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The Impact of Precarious Employment on Mental Health: the Case of Italy

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  • Moscone, Francesco
  • Tosetti, Elisa
  • Vittadini, Giorgio

Abstract

In this paper, we investigate the impact of precarious employment on mental health using a unique dataset that matches information on mental health with labour characteristics for a set of employees in Italy. We examine the causal effect of temporary contracts, their duration and the number of contract changes during the year on psychotropic medication prescription. To this end, we estimate a dynamic probit model, and deal with the potential endogeneity of regressors by adopting a control function approach, recently advanced by Wooldridge (2014). Our results show that the probability of psychotropic medication prescription is higher for workers under temporary job contracts. More days of work under temporary contract as well as more changes in temporary contracts significantly increase the probability of being depressed. We also find that moving from permanent to temporary contracts increases depression; symmetrically, although with a smaller effect in absolute value, moving from temporary to permanent contracts tends to reduce it. An exploratory data analysis corroborates the hypothesis that depression developed after a movement to precarious employment may permanently affect future job trajectories. One lesson to learn from our empirical work is that policies aimed at enhancing the flexibility of the labour market to boost firms' competitiveness, if increasing the precariousness of employment, may also produce sides effects on the wellbeing and mental health of employees, ultimately having consequences on firms' productivity and health care costs.

Suggested Citation

  • Moscone, Francesco & Tosetti, Elisa & Vittadini, Giorgio, 2015. "The Impact of Precarious Employment on Mental Health: the Case of Italy," MPRA Paper 61405, University Library of Munich, Germany.
  • Handle: RePEc:pra:mprapa:61405
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    References listed on IDEAS

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    Cited by:

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    2. Belloni, Michele & Carrino, Ludovico & Meschi, Elena, 2022. "The Impact of Working Conditions on Mental Health: Novel Evidence from the UK," Department of Economics and Statistics Cognetti de Martiis. Working Papers 202202, University of Turin.
    3. SangJune Kim & Jee Hey Song & Yoo Min Oh & Sang Min Park, 2018. "Disparities in the utilisation of preventive health services by the employment status: An analysis of 2007-2012 South Korean national survey," PLOS ONE, Public Library of Science, vol. 13(12), pages 1-15, December.
    4. Janki Shankar & Lun Li & Shawn Tan, 2021. "Work Experiences and Challenges to Employment Sustainability for People With Mental Illness in Supported Employment Programs," SAGE Open, , vol. 11(3), pages 21582440211, July.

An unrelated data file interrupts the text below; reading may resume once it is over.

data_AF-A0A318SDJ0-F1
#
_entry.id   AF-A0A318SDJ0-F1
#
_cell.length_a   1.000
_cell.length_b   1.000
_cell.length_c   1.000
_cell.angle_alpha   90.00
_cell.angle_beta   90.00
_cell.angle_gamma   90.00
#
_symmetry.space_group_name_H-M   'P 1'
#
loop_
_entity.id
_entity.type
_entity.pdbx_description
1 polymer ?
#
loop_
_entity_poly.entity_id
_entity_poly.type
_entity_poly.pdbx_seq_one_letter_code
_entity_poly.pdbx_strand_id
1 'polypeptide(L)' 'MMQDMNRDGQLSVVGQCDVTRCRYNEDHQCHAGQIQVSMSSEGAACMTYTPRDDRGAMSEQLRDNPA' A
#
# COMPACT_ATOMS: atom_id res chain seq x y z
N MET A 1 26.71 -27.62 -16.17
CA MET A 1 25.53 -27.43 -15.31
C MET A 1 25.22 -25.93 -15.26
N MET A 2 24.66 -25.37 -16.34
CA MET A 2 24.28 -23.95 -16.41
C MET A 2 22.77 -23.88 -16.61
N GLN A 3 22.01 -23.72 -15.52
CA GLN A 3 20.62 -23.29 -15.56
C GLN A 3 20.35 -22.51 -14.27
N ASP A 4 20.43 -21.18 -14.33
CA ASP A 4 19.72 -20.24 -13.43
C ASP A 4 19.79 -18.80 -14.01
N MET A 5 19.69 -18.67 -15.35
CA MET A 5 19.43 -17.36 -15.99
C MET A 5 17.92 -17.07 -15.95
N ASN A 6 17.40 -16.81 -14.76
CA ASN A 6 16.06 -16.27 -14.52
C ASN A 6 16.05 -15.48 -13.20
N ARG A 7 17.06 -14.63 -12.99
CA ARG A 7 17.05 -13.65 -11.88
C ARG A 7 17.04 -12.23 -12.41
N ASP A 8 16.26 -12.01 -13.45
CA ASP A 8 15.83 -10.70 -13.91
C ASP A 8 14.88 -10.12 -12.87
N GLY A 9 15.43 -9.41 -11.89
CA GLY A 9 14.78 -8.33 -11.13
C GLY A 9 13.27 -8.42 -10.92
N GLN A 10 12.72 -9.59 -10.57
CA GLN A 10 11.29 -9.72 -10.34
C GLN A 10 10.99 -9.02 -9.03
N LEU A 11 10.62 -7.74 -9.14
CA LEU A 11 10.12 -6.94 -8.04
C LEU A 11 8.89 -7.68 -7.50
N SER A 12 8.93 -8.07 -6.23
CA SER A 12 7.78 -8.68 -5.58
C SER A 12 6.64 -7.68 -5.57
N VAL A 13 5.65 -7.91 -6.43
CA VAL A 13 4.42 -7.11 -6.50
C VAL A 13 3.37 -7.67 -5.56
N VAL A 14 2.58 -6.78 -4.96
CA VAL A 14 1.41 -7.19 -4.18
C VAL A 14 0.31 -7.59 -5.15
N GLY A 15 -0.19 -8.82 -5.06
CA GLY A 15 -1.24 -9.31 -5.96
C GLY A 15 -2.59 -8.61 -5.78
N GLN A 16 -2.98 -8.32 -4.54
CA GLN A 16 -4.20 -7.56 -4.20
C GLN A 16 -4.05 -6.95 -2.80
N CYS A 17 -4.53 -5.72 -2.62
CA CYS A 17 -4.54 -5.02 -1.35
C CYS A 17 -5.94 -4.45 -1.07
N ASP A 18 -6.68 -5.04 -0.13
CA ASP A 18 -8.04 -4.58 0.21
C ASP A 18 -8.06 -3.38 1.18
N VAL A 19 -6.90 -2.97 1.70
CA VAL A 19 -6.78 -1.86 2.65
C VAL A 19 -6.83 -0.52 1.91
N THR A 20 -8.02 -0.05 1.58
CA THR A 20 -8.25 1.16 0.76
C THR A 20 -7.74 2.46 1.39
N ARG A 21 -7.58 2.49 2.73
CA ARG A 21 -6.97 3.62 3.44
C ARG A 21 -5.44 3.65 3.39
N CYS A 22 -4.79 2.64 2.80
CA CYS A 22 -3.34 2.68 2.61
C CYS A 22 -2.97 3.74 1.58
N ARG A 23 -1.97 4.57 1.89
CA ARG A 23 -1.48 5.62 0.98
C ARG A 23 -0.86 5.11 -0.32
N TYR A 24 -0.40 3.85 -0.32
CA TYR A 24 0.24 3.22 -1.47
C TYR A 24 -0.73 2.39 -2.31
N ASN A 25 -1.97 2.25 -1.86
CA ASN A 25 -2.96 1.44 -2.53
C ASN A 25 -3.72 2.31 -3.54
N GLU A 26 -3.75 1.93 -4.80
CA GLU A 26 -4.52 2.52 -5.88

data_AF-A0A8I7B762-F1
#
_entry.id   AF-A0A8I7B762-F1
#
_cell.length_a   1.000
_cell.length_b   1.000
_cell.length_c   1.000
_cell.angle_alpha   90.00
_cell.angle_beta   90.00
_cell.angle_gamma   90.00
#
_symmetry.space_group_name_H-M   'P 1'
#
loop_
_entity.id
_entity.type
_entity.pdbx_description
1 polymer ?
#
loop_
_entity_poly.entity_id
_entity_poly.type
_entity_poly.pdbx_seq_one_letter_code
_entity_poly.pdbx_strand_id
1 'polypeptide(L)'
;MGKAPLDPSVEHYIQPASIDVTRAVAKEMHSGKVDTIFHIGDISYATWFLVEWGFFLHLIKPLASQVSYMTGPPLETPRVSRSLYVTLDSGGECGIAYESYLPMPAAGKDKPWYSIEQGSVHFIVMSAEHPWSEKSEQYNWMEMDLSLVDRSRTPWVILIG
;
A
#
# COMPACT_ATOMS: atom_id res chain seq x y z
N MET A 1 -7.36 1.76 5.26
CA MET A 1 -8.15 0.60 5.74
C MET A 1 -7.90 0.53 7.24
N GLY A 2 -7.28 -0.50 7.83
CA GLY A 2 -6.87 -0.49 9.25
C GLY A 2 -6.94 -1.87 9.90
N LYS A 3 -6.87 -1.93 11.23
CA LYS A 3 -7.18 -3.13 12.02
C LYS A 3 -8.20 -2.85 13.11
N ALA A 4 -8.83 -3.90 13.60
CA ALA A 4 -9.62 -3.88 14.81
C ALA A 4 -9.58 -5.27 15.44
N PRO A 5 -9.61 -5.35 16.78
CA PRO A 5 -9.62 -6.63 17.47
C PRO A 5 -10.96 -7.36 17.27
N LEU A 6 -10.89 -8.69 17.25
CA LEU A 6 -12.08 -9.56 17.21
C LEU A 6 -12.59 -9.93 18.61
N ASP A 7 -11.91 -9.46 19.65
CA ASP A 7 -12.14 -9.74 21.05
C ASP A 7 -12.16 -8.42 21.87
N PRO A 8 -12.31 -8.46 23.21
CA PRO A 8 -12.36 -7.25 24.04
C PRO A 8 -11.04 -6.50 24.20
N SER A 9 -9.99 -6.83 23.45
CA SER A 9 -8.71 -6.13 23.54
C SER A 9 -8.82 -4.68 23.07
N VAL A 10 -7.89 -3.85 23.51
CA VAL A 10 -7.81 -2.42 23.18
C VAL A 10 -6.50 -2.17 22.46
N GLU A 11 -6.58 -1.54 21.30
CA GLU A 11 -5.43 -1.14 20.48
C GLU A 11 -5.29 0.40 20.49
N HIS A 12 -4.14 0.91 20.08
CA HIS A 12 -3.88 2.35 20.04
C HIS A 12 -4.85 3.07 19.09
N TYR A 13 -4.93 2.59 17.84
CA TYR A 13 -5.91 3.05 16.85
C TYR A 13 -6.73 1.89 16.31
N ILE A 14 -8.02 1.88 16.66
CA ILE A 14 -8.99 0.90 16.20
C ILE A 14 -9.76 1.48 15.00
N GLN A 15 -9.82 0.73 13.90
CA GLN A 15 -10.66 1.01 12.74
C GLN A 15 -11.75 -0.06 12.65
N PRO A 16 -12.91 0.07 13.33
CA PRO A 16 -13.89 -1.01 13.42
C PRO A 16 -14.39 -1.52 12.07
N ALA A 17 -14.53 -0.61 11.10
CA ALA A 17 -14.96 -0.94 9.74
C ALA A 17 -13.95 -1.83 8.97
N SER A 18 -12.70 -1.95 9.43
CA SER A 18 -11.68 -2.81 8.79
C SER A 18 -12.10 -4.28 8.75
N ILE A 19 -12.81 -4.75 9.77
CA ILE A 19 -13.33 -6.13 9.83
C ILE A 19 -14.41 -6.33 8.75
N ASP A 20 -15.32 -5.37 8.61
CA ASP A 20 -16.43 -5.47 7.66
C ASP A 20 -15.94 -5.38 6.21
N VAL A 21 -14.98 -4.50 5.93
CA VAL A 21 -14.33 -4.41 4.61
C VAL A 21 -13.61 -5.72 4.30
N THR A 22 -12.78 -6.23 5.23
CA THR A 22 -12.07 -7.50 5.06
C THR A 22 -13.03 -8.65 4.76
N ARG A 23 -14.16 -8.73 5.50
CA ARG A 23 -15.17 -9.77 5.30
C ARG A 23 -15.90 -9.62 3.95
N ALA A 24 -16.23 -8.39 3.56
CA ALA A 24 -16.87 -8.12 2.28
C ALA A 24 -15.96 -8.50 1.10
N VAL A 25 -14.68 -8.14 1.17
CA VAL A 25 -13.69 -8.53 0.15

5. Eduardo Ignacio Polo-Muro, 2021. "The effect of labor market shocks on mental health outcomes: evidence from the Spanish Great Recession," Working Papers 21.08, Universidad Pablo de Olavide, Department of Economics.
    6. Megan Woods & Rob Macklin & Sarah Dawkins & Angela Martin, 2019. "Mental Illness, Social Suffering and Structural Antagonism in the Labour Process," Work, Employment & Society, British Sociological Association, vol. 33(6), pages 948-965, December.
    7. Farina, Egidio & Green, Colin P. & McVicar, Duncan, 2020. "Is Precarious Employment Bad for Worker Health? The Case of Zero Hours Contracts in the UK," IZA Discussion Papers 13116, Institute of Labor Economics (IZA).
    8. Anthony Lepinteur, 2021. "The asymmetric experience of gains and losses in job security on health," Health Economics, John Wiley & Sons, Ltd., vol. 30(9), pages 2217-2229, September.
    9. Devillanova, Carlo & Raitano, Michele & Struffolino, Emanuela, 2019. "Longitudinal employment trajectories and health in middle life: Insights from linked administrative and survey data," EconStor Open Access Articles and Book Chapters, ZBW - Leibniz Information Centre for Economics, pages 1375-1412.
    10. Kronenberg, Christoph & Boehnke, Jan R., 2019. "How did the 2008-11 financial crisis affect work-related common mental distress? Evidence from 393 workplaces in Great Britain," Economics & Human Biology, Elsevier, vol. 33(C), pages 193-200.

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    More about this item

    Keywords

    Precarious employment; mental health; prescriptions.;
    All these keywords.

    JEL classification:

    • I1 - Health, Education, and Welfare - - Health
    • I11 - Health, Education, and Welfare - - Health - - - Analysis of Health Care Markets
    • J0 - Labor and Demographic Economics - - General

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